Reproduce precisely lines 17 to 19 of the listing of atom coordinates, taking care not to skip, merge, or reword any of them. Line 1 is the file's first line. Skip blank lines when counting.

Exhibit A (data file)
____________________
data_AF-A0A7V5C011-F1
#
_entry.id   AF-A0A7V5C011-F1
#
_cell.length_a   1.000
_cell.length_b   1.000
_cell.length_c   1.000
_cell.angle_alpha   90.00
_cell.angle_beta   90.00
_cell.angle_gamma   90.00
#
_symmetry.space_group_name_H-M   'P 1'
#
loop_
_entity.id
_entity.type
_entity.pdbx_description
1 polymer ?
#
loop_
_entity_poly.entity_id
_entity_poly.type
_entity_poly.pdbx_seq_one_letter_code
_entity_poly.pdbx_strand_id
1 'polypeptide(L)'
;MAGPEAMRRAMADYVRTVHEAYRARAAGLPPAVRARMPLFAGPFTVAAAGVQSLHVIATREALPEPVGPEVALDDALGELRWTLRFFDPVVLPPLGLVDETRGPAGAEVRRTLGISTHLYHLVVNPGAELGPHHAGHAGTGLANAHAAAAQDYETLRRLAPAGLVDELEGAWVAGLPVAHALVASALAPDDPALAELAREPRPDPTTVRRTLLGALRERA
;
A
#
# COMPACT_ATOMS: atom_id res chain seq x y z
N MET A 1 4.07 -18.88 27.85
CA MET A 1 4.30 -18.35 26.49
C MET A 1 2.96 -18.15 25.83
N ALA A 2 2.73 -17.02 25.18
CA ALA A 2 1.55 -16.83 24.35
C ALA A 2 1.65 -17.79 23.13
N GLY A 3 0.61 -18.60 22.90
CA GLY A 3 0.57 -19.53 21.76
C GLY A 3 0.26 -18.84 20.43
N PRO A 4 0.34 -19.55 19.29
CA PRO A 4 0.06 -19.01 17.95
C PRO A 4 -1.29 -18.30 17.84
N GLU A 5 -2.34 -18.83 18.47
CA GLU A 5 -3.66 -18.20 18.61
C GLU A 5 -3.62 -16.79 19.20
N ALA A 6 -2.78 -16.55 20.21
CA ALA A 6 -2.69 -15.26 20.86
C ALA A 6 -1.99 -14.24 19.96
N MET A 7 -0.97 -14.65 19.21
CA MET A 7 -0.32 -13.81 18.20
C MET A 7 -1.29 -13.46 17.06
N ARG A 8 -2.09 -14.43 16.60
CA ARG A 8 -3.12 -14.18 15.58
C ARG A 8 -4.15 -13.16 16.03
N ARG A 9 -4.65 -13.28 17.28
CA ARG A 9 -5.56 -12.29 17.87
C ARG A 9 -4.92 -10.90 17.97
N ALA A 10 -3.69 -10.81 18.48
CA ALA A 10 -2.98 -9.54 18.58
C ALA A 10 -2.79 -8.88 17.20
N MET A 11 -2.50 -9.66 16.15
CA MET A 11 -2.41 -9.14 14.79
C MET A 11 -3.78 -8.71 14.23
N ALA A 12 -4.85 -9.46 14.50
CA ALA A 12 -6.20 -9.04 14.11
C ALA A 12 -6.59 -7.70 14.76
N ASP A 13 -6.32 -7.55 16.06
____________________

_entity.pdbx_description
1 polymer ?
#